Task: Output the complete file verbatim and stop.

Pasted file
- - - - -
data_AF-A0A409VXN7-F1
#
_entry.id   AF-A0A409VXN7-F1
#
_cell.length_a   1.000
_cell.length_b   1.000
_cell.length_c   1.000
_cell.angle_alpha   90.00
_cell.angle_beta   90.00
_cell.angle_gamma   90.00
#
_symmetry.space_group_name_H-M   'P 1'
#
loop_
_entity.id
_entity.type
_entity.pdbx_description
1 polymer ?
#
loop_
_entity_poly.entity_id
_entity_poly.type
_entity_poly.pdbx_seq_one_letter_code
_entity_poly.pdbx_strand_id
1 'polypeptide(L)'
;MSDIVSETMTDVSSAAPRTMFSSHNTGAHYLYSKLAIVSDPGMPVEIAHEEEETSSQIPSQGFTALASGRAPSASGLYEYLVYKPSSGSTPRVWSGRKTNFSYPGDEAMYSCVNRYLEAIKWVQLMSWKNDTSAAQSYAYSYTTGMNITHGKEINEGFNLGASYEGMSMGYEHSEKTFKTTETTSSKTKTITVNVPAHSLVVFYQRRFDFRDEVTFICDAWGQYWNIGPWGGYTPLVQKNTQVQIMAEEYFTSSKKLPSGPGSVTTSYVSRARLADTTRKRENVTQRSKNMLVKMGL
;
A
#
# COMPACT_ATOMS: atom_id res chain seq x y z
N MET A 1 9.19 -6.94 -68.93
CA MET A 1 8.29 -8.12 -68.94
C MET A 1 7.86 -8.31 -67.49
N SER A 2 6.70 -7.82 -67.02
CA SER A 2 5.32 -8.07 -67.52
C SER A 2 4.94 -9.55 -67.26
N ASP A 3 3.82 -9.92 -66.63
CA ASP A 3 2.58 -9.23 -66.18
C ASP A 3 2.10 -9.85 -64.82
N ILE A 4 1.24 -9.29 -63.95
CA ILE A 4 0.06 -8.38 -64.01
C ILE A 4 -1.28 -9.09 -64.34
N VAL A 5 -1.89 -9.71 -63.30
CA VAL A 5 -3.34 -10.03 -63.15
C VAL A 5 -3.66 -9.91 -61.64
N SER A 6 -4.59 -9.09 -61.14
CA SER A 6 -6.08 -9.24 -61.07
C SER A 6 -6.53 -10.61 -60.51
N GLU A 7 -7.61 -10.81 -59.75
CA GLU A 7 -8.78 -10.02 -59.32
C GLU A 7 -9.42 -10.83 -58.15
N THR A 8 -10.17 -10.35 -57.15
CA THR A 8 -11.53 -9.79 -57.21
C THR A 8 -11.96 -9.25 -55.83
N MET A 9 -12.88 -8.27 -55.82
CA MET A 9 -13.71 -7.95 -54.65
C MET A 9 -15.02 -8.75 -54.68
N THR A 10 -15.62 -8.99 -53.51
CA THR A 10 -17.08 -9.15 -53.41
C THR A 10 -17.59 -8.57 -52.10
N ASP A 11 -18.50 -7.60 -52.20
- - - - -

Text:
data_AF-A0A409VXN7-F1
#
_entry.id   AF-A0A409VXN7-F1
#
_cell.length_a   1.000
_cell.length_b   1.000
_cell.length_c   1.000
_cell.angle_alpha   90.00
_cell.angle_beta   90.00
_cell.angle_gamma   90.00
#
_symmetry.space_group_name_H-M   'P 1'
#
loop_
_entity.id
_entity.type
_entity.pdbx_description
1 polymer ?
#
loop_
_entity_poly.entity_id
_entity_poly.type
_entity_poly.pdbx_seq_one_letter_code
_entity_poly.pdbx_strand_id
1 'polypeptide(L)'
;MSDIVSETMTDVSSAAPRTMFSSHNTGAHYLYSKLAIVSDPGMPVEIAHEEEETSSQIPSQGFTALASGRAPSASGLYEYLVYKPSSGSTPRVWSGRKTNFSYPGDEAMYSCVNRYLEAIKWVQLMSWKNDTSAAQSYAYSYTTGMNITHGKEINEGFNLGASYEGMSMGYEHSEKTFKTTETTSSKTKTITVNVPAHSLVVFYQRRFDFRDEVTFICDAWGQYWNIGPWGGYTPLVQKNTQVQIMAEEYFTSSKKLPSGPGSVTTSYVSRARLADTTRKRENVTQRSKNMLVKMGL
;
A
#
# COMPACT_ATOMS: atom_id res chain seq x y z
N MET A 1 9.19 -6.94 -68.93
CA MET A 1 8.29 -8.12 -68.94
C MET A 1 7.86 -8.31 -67.49
N SER A 2 6.70 -7.82 -67.02
CA SER A 2 5.32 -8.07 -67.52
C SER A 2 4.94 -9.55 -67.26
N ASP A 3 3.82 -9.92 -66.63
CA ASP A 3 2.58 -9.23 -66.18
C ASP A 3 2.10 -9.85 -64.82
N ILE A 4 1.24 -9.29 -63.95
CA ILE A 4 0.06 -8.38 -64.01
C ILE A 4 -1.28 -9.09 -64.34
N VAL A 5 -1.89 -9.71 -63.30
CA VAL A 5 -3.34 -10.03 -63.15
C VAL A 5 -3.66 -9.91 -61.64
N SER A 6 -4.59 -9.09 -61.14
CA SER A 6 -6.08 -9.24 -61.07
C SER A 6 -6.53 -10.61 -60.51
N GLU A 7 -7.61 -10.81 -59.75
CA GLU A 7 -8.78 -10.02 -59.32
C GLU A 7 -9.42 -10.83 -58.15
N THR A 8 -10.17 -10.35 -57.15
CA THR A 8 -11.53 -9.79 -57.21
C THR A 8 -11.96 -9.25 -55.83
N MET A 9 -12.88 -8.27 -55.82
CA MET A 9 -13.71 -7.95 -54.65
C MET A 9 -15.02 -8.75 -54.68
N THR A 10 -15.62 -8.99 -53.51
CA THR A 10 -17.08 -9.15 -53.41
C THR A 10 -17.59 -8.57 -52.10
N ASP A 11 -18.50 -7.60 -52.20